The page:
The exhibition called ‘Welcome to the Speculative Future 2104’ featured three different scenarios – humans having adapted to climate change, humans struggling to cope and humans having been wiped out. The exhibits included a post-apocalyptic video showing Birmingham, including its famous Bullring, disappearing under water and life beginning to recolonise the earth from the sea. Among the many people inspired by the vision was Mike Leonard of The Building Alliance and Visiting Professor at BCU who said he would incorporate many of the ideas into his building lectures and the Centre for Future Homes (a research group consisting of Birmingham City University academics, focused on helping organisations to measure and improve their building outputs) The Centre For Future Homes | Birmingham City University (bcu.ac.uk)

 

 

From the moment we stepped into the exhibition space in the inspiring STEAMhouse Atrium, we were transported into a realm of optimism and creativity. The displays, developed as part of a speculative workshop, were a testament to the power of collaboration and imagination in responsible urban design, in response to the climate emergency. Materials, artifacts, and structures all made from sustainable materials seamlessly intertwined with thought-provoking concepts, inviting guests to engage with the ideas that could potentially redefine our cities and the way we live. Some of the displays were created in as little as six hours, a testament to the flexibility of the qualities of sustainable materials and the quality of workshop participants.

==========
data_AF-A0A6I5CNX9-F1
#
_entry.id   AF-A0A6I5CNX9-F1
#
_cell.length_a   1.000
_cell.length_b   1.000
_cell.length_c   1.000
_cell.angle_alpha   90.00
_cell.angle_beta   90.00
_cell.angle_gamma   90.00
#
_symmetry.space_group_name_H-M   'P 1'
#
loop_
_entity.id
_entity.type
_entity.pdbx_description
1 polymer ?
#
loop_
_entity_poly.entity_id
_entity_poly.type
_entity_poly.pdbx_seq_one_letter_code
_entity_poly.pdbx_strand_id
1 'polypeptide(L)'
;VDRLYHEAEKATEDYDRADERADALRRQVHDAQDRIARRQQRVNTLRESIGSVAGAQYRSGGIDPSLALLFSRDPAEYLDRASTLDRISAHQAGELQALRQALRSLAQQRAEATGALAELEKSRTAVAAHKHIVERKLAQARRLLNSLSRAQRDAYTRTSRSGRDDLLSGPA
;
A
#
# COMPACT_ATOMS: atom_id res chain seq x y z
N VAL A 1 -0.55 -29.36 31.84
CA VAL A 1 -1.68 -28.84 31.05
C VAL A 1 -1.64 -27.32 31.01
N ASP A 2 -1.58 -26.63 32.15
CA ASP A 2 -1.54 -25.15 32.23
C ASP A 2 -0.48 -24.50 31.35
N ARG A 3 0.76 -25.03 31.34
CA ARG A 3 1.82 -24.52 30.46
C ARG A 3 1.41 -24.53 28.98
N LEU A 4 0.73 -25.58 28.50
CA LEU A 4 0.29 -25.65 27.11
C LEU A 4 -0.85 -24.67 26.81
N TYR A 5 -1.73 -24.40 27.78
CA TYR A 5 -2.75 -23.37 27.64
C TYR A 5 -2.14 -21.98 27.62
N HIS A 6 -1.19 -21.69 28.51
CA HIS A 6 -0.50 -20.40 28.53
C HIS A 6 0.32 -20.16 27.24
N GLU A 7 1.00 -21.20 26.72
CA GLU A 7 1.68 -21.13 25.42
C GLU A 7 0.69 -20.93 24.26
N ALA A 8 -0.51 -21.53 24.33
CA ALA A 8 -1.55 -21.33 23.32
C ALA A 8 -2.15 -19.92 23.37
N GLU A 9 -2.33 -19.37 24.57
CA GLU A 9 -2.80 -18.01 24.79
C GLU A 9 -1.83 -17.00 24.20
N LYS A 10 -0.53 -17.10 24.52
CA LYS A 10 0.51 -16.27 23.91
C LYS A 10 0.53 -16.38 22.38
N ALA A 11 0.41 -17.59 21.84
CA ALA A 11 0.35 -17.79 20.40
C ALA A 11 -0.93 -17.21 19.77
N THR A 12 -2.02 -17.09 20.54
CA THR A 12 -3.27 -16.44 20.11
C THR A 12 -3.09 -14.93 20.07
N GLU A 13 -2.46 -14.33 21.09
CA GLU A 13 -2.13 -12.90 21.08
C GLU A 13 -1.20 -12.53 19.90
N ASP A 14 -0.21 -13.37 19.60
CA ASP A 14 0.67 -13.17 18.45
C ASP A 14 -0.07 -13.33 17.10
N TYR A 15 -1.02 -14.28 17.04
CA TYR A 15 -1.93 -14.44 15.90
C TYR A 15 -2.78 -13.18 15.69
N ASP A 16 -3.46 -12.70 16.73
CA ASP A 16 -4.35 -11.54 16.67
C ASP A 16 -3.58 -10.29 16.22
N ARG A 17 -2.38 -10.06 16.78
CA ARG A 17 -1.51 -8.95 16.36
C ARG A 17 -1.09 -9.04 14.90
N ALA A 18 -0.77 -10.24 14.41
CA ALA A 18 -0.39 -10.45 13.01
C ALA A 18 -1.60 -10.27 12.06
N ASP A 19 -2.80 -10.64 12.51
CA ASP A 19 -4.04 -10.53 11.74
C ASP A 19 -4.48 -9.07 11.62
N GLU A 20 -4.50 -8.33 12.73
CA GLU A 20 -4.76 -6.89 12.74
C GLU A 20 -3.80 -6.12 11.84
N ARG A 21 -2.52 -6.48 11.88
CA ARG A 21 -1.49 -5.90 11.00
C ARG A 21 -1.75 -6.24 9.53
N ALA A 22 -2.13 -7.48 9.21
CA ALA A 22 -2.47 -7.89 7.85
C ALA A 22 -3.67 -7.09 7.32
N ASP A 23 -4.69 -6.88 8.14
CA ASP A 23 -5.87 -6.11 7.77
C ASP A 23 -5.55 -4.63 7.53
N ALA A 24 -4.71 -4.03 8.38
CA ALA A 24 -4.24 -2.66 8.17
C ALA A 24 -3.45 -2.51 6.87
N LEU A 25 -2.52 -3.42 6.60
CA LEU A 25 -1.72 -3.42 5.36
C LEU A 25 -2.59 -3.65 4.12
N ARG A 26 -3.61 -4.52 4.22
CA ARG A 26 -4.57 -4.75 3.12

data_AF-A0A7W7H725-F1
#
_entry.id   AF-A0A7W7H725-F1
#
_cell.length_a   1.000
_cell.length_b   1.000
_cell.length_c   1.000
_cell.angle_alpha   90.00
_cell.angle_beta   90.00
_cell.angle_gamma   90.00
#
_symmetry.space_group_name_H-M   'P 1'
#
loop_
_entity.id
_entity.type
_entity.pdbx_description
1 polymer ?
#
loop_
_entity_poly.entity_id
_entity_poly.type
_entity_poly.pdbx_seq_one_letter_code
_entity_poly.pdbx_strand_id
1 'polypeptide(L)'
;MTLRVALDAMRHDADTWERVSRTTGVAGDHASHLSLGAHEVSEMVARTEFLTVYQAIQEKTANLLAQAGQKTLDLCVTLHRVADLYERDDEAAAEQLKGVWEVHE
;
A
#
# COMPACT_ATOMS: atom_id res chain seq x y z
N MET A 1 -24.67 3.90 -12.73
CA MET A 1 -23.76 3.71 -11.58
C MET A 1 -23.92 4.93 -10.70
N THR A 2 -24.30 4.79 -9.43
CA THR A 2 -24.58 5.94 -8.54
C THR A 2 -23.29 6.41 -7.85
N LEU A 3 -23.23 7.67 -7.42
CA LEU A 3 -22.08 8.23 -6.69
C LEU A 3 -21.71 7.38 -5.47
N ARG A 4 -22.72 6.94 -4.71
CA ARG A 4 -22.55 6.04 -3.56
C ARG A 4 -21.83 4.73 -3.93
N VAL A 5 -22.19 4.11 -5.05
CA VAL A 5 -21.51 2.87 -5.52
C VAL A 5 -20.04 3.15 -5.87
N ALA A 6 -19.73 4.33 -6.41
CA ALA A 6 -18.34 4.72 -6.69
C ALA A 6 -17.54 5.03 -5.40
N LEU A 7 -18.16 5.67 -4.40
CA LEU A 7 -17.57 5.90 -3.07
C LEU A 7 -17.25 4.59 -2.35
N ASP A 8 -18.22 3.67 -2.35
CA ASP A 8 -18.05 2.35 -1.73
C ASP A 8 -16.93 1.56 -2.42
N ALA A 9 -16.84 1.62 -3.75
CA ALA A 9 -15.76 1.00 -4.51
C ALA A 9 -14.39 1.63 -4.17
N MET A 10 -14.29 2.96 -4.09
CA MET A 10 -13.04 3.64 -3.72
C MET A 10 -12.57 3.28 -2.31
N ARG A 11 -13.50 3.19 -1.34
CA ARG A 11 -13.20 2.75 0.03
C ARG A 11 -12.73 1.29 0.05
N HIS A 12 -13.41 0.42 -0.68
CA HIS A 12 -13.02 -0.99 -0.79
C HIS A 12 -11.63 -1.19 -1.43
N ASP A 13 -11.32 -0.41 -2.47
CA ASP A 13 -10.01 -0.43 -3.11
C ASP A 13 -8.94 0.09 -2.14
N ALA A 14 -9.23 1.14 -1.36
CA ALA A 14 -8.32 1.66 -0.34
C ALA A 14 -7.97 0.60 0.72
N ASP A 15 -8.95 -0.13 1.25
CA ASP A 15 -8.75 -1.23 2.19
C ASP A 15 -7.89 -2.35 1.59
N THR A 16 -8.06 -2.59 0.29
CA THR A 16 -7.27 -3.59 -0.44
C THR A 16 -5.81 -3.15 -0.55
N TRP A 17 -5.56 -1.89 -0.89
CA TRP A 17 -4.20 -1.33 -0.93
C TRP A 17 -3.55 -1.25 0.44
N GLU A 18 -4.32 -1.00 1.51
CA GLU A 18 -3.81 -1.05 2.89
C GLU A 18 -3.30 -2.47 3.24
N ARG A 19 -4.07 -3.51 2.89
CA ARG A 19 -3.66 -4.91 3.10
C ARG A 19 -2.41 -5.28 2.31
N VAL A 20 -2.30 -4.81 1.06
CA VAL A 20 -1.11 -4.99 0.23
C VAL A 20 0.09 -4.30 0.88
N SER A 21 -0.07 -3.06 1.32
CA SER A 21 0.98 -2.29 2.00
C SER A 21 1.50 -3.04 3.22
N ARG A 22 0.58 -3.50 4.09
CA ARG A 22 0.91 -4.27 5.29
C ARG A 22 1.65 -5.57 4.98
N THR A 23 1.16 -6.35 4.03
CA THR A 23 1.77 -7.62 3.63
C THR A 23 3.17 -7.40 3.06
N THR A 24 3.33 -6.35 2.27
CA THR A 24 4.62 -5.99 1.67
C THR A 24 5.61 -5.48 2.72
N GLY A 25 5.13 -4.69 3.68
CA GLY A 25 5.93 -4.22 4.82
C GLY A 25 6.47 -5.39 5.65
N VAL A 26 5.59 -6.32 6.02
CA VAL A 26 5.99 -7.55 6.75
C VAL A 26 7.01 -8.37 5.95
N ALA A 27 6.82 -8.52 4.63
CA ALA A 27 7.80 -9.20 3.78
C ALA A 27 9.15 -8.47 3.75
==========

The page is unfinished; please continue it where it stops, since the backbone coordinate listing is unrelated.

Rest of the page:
One of the most striking aspects of the exhibition was the diverse range of perspectives presented through the freedom of the workshop. Participants from various backgrounds, including industry experts, city change-makers, and creative practitioners, came together to share their visions for the urban landscape. Through interactive discussions and hands on making, attendees had the opportunity to delve deeper into the concepts and gain insights from key thinkers in the field.